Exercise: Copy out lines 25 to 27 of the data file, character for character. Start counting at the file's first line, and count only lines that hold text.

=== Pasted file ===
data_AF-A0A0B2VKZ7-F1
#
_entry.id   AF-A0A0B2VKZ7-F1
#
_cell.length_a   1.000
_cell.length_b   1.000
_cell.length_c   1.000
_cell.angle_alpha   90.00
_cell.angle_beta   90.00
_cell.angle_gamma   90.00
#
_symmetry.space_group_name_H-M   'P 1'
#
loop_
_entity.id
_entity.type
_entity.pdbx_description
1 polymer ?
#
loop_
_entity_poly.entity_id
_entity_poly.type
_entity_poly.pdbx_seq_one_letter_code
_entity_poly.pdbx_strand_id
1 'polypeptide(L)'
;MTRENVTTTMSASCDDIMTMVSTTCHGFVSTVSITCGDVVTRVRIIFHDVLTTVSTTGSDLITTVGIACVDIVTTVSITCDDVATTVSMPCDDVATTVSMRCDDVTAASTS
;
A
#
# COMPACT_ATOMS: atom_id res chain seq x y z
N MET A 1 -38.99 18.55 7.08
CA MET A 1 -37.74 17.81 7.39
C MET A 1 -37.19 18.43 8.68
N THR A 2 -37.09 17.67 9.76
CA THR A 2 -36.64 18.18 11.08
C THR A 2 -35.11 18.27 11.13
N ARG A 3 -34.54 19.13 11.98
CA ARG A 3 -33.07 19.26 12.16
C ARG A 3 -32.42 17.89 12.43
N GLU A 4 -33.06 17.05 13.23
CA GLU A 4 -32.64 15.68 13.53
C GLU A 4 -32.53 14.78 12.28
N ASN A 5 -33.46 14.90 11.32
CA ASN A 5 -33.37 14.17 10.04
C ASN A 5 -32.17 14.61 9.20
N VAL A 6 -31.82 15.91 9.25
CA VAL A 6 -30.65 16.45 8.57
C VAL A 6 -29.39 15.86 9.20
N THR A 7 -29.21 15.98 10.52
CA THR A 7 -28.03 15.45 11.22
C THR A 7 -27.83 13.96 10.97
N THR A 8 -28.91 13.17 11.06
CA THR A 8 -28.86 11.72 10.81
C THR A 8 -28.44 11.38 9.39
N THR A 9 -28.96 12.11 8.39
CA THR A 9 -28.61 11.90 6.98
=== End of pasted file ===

1 'polypeptide(L)'
;MTRENVTTTMSASCDDIMTMVSTTCHGFVSTVSITCGDVVTRVRIIFHDVLTTVSTTGSDLITTVGIACVDIVTTVSITCDDVATTVSMPCDDVATTVSMRCDDVTAASTS
;